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As forest fires approach, Russian city prays for rain

Residents of Voronezh prayed for rain Sunday as devastating forest fires ringed the central Russian city and firefighters hosed down charred houses in a suburb where two died in the flames.

Around one hundred people, most of them elderly women, gathered for prayers in a small church in the southern suburb of Maslovka, where more than 100 houses have been destroyed in the fires sweeping central Russia.

“We came to make the rain fall, to prevent more fires,” said Natalya Treshchalina. “One hundred and forty houses burnt down here. It is terrible.”

The believers then walked in a procession to the site of the fire, carrying crosses and icons, as priests scattered holy water on the ruined houses.

“The rain really must come,” said Natalya Vorodina, a middle-aged resident of the city, which lies some 500 kilometres south of Moscow, saying she came to the prayer ceremony to “support our people.”

Sparked by an unprecedented heatwave with temperatures of up to 40 degrees Celsius, the fires have killed at least 30 people and left more than 2,000 homeless — 600 of them in the Voronezh region, according to reports.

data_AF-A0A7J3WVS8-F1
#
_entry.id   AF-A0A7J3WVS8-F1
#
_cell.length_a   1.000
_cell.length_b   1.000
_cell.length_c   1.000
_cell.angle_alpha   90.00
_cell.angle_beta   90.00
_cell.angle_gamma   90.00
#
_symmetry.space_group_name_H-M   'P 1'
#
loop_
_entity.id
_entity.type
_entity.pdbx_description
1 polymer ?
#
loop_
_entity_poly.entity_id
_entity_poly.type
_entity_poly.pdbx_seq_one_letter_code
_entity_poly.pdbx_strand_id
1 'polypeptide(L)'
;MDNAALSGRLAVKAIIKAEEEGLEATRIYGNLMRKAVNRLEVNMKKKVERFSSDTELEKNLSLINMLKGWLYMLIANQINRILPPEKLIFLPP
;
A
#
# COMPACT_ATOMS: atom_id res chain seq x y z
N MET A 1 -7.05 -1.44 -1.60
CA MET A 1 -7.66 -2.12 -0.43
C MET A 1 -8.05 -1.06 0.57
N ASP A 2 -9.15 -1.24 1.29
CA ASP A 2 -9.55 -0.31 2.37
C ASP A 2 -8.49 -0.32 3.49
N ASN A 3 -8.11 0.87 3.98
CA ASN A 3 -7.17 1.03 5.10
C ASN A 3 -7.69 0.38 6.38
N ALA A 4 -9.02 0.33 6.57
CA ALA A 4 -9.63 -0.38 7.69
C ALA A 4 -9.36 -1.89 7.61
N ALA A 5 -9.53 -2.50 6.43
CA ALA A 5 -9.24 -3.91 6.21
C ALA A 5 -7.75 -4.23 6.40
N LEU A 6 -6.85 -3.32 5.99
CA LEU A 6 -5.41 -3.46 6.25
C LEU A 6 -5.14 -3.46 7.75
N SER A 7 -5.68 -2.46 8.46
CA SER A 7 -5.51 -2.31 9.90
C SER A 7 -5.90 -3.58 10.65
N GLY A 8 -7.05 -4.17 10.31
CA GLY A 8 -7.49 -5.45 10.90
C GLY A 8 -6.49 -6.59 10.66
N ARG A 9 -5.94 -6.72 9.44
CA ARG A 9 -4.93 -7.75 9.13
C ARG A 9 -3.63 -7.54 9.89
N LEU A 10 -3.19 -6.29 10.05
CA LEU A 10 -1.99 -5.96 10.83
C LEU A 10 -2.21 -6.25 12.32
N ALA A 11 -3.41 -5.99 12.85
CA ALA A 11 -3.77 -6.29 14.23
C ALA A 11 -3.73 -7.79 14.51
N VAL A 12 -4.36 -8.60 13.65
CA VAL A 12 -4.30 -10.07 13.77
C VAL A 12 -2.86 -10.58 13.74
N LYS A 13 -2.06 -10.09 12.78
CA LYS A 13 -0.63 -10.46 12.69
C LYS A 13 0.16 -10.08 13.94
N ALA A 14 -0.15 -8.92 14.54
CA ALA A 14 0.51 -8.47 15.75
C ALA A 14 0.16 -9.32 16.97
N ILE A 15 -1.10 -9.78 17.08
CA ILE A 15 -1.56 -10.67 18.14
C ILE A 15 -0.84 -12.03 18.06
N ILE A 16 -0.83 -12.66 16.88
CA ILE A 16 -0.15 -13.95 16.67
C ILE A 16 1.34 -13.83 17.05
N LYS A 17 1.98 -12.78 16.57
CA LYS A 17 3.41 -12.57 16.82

In Nizhny Novgorod, the region worst-hit by the fires, Patriarch Kirill, the head of the Russian Orthodox church, also urged believers Sunday to pray for rain.

Prime Minister Vladimir Putin has promised that all the houses destroyed in fires will be rebuilt by October and has allocated five billion rubles to cover the costs.

But one elderly resident of Maslovka, Vera Sakharova, expressed scepticism.

“They have given us nothing, and they won’t give us anything,” she predicted. “I do not know what we are going to do next.”

The firefighters came too late to save the village, she complained.

“We had no help,” she said. “We had to do everything ourselves.”

Firefighters from the emergency ministry on Sunday hosed the charred ruins to prevent the fire taking hold again after flames fanned by strong winds leapt swiftly between houses.

“The grass is very dry and it is hot,” warned firefighter Nikolai Elfimov. “Of course I am afraid of more fires, but we are doing all that we can to stop it happening.”

“All the houses burned up at once,” said another firefighter, Maxim Korolyov. “I did not even realise what was happening.”

“It’s the first time that I have ever fought a fire like this,” Korolyov said, admitting that he and his colleagues lacked practice.

The Voronezh region — an area almost the size of France — has 30 fire stations, each with five fire engines, firefighters said.

In the local fire station, firefighters said they had never faced a fire on this scale.

“I have seen fires, but nothing this big,” said a middle-aged firefighter, Sergei Kondrashev. “Every year there are fires here. This year, because of the weather, this has been on a grander scale.”